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THE SUN, rising gloriously on the morning of Midsummer’s Day, turned the swelling Dorset hills into a wide vista of golden green fields and clumps of trees under a blue sky. Miles away, traffic along the dual carriageway thundered on its way to the west, unheard and unheeded in the quiet countryside around the village of Hindley, its inhabitants for the most part still sleeping in their beds. Farm workers were already about their work, though; the bleating of sheep and the sounds of horses and cattle were blotted out from time to time by the sound of a tractor being started up; but on the brow of the hill rising behind the village these sounds were faint, the bird-song was louder.
Half-way up the hill a girl sat, leaning comfortably against the trunk of a fallen tree, a shaggy dog sprawled beside her. She had drawn up her knees, clasped her arms around them and rested her chin on them—a pretty, rounded chin, but determined too, belying the wide, gentle mouth and the soft brown eyes with their thick black lashes. Her hair was long and brown, plaited and hanging over one shoulder. She flung it back with a well-shaped hand and spoke to the dog.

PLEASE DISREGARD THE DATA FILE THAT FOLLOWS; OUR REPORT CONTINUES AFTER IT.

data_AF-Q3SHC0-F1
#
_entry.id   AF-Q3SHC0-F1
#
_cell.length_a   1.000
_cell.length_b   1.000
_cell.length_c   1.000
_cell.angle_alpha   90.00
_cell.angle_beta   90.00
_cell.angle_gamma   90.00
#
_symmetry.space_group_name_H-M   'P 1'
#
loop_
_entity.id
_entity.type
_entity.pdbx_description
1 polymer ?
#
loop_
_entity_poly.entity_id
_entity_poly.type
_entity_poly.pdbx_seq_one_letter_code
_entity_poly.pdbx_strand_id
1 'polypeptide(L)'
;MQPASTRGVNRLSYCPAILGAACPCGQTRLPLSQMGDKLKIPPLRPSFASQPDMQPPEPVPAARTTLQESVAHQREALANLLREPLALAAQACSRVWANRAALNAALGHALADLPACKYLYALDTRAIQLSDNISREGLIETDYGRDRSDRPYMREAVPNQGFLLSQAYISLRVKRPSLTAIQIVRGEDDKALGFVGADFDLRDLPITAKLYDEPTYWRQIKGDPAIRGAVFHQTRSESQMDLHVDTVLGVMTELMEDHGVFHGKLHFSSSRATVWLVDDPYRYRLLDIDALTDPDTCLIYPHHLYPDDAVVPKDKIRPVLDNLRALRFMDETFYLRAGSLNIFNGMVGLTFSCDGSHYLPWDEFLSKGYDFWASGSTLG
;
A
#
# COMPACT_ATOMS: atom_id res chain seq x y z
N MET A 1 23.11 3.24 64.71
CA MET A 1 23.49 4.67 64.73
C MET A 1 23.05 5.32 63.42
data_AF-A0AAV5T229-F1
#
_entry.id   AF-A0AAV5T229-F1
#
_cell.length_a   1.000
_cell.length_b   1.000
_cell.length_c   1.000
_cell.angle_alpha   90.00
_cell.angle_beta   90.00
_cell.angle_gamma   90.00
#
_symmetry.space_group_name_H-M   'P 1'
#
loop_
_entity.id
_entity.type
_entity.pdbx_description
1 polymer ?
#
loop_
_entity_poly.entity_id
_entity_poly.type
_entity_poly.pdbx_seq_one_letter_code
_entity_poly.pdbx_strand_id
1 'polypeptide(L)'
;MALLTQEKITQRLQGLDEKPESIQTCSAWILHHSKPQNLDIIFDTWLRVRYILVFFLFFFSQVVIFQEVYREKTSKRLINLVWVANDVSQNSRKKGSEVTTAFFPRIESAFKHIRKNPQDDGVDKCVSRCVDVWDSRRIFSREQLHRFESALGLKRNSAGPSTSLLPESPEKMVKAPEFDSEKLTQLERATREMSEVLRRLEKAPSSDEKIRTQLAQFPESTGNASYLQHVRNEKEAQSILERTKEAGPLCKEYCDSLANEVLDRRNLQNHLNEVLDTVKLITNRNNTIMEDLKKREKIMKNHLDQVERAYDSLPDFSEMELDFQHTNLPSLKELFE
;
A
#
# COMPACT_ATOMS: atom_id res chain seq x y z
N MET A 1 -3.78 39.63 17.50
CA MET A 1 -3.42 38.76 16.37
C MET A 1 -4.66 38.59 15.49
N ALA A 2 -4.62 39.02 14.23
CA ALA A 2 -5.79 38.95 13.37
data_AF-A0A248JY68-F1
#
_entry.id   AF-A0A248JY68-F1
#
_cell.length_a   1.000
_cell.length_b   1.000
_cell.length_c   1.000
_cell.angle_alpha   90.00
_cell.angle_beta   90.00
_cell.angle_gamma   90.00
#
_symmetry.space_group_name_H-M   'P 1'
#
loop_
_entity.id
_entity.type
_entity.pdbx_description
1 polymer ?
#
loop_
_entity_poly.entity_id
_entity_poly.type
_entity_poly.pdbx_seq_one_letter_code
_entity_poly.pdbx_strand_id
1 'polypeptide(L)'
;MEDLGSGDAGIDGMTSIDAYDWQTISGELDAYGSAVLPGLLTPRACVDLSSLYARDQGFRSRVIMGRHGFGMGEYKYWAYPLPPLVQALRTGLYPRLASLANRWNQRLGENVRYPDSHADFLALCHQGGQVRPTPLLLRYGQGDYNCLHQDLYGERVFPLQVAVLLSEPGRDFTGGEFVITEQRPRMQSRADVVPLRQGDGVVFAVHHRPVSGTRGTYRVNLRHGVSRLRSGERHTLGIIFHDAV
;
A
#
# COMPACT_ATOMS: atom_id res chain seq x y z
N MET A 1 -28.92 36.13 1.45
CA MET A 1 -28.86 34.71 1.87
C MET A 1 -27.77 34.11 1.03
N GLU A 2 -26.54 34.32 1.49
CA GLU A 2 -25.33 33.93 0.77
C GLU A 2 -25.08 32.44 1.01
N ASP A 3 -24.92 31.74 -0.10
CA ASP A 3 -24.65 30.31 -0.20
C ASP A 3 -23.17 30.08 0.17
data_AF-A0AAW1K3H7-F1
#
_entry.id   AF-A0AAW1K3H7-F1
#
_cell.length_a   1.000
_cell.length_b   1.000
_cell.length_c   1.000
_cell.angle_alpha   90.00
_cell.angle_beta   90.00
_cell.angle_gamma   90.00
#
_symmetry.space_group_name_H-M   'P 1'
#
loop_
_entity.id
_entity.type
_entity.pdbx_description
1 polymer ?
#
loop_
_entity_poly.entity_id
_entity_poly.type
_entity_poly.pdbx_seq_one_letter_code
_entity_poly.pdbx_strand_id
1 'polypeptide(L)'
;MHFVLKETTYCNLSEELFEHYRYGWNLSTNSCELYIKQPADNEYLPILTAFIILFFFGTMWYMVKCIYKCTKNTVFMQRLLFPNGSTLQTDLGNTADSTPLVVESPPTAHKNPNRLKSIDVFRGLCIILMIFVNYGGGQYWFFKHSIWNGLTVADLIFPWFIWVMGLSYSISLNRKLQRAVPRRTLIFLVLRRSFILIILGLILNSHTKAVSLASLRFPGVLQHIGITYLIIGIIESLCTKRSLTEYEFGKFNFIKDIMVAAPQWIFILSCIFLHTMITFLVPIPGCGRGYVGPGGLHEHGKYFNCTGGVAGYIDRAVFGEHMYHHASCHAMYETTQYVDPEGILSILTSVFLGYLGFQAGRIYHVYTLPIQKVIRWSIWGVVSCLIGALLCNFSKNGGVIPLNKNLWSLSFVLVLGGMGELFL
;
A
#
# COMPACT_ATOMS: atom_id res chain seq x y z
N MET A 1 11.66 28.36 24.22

‘There—the sun’s rising on the longest day of the year, Knotty. Midsummer Madness—the high tide of the year, a day for fairies and elves, a day for making a wish. Do you suppose if I made one it might come true?’
Knotty, usually obliging with his replies, took no notice, but growled softly, cocked his large, drooping ears and allowed his teeth to show. He got to his feet and she put a restraining hand on his collar, turning to look behind her as she caught the sound of steady feet and someone coming along, whistling.
Knotty barked as a man left the line of trees and came towards them. A giant of a man, dressed in an open-necked shirt and elderly trousers, his pale hair shone in the sunlight and he walked with an easy self-assurance. Tucked under one arm was a small dog, a Jack Russell, looking bedraggled.